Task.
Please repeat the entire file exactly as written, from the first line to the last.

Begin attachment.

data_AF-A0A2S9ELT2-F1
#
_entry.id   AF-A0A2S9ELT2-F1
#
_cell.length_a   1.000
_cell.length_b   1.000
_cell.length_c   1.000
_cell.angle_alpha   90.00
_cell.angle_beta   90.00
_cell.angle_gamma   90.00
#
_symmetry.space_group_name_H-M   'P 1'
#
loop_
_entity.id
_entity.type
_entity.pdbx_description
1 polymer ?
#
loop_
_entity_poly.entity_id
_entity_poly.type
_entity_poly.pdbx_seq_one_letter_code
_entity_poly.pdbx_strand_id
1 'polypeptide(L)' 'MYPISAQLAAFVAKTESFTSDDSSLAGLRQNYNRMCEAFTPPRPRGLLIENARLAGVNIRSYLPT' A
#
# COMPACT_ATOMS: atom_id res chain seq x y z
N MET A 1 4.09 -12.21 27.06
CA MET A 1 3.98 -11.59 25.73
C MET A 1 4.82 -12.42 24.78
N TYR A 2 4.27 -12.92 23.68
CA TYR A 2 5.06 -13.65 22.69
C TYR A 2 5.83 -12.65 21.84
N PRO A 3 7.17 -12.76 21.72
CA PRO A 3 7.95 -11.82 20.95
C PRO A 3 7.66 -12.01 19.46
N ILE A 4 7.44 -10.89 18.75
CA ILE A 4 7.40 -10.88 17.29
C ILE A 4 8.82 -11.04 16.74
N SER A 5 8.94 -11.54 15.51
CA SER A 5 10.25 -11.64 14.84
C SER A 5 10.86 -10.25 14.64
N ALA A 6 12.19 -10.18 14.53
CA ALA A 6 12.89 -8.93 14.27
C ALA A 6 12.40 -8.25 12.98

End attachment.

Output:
data_AF-A0A2S9ELT2-F1
#
_entry.id   AF-A0A2S9ELT2-F1
#
_cell.length_a   1.000
_cell.length_b   1.000
_cell.length_c   1.000
_cell.angle_alpha   90.00
_cell.angle_beta   90.00
_cell.angle_gamma   90.00
#
_symmetry.space_group_name_H-M   'P 1'
#
loop_
_entity.id
_entity.type
_entity.pdbx_description
1 polymer ?
#
loop_
_entity_poly.entity_id
_entity_poly.type
_entity_poly.pdbx_seq_one_letter_code
_entity_poly.pdbx_strand_id
1 'polypeptide(L)' 'MYPISAQLAAFVAKTESFTSDDSSLAGLRQNYNRMCEAFTPPRPRGLLIENARLAGVNIRSYLPT' A
#
# COMPACT_ATOMS: atom_id res chain seq x y z
N MET A 1 4.09 -12.21 27.06
CA MET A 1 3.98 -11.59 25.73
C MET A 1 4.82 -12.42 24.78
N TYR A 2 4.27 -12.92 23.68
CA TYR A 2 5.06 -13.65 22.69
C TYR A 2 5.83 -12.65 21.84
N PRO A 3 7.17 -12.76 21.72
CA PRO A 3 7.95 -11.82 20.95
C PRO A 3 7.66 -12.01 19.46
N ILE A 4 7.44 -10.89 18.75
CA ILE A 4 7.40 -10.88 17.29
C ILE A 4 8.82 -11.04 16.74
N SER A 5 8.94 -11.54 15.51
CA SER A 5 10.25 -11.64 14.84
C SER A 5 10.86 -10.25 14.64
N ALA A 6 12.19 -10.18 14.53
CA ALA A 6 12.89 -8.93 14.27
C ALA A 6 12.40 -8.25 12.98